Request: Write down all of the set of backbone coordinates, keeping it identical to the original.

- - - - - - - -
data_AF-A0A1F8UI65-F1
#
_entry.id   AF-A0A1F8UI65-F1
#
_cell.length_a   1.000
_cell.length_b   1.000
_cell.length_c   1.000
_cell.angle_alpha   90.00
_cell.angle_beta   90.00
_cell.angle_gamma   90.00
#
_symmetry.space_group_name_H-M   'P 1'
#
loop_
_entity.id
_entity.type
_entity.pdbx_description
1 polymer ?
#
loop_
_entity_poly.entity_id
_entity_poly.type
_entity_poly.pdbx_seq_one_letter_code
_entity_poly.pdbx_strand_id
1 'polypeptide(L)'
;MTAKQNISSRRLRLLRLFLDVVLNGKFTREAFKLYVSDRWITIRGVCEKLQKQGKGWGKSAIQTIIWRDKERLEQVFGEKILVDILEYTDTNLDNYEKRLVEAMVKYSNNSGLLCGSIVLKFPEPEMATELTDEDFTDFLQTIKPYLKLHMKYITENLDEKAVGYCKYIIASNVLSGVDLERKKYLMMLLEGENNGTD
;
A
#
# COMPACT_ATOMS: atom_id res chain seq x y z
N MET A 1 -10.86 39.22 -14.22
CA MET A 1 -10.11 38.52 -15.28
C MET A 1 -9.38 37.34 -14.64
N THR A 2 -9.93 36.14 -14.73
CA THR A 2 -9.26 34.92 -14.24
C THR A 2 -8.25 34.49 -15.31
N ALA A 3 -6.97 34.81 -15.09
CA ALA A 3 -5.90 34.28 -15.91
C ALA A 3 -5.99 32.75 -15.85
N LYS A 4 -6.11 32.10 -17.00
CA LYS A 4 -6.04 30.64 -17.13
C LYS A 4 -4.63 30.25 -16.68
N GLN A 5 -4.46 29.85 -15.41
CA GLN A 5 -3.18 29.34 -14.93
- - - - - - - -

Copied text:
data_AF-A0A1F8UI65-F1
#
_entry.id   AF-A0A1F8UI65-F1
#
_cell.length_a   1.000
_cell.length_b   1.000
_cell.length_c   1.000
_cell.angle_alpha   90.00
_cell.angle_beta   90.00
_cell.angle_gamma   90.00
#
_symmetry.space_group_name_H-M   'P 1'
#
loop_
_entity.id
_entity.type
_entity.pdbx_description
1 polymer ?
#
loop_
_entity_poly.entity_id
_entity_poly.type
_entity_poly.pdbx_seq_one_letter_code
_entity_poly.pdbx_strand_id
1 'polypeptide(L)'
;MTAKQNISSRRLRLLRLFLDVVLNGKFTREAFKLYVSDRWITIRGVCEKLQKQGKGWGKSAIQTIIWRDKERLEQVFGEKILVDILEYTDTNLDNYEKRLVEAMVKYSNNSGLLCGSIVLKFPEPEMATELTDEDFTDFLQTIKPYLKLHMKYITENLDEKAVGYCKYIIASNVLSGVDLERKKYLMMLLEGENNGTD
;
A
#
# COMPACT_ATOMS: atom_id res chain seq x y z
N MET A 1 -10.86 39.22 -14.22
CA MET A 1 -10.11 38.52 -15.28
C MET A 1 -9.38 37.34 -14.64
N THR A 2 -9.93 36.14 -14.73
CA THR A 2 -9.26 34.92 -14.24
C THR A 2 -8.25 34.49 -15.31
N ALA A 3 -6.97 34.81 -15.09
CA ALA A 3 -5.90 34.28 -15.91
C ALA A 3 -5.99 32.75 -15.85
N LYS A 4 -6.11 32.10 -17.00
CA LYS A 4 -6.04 30.64 -17.13
C LYS A 4 -4.63 30.25 -16.68
N GLN A 5 -4.46 29.85 -15.41
CA GLN A 5 -3.18 29.34 -14.93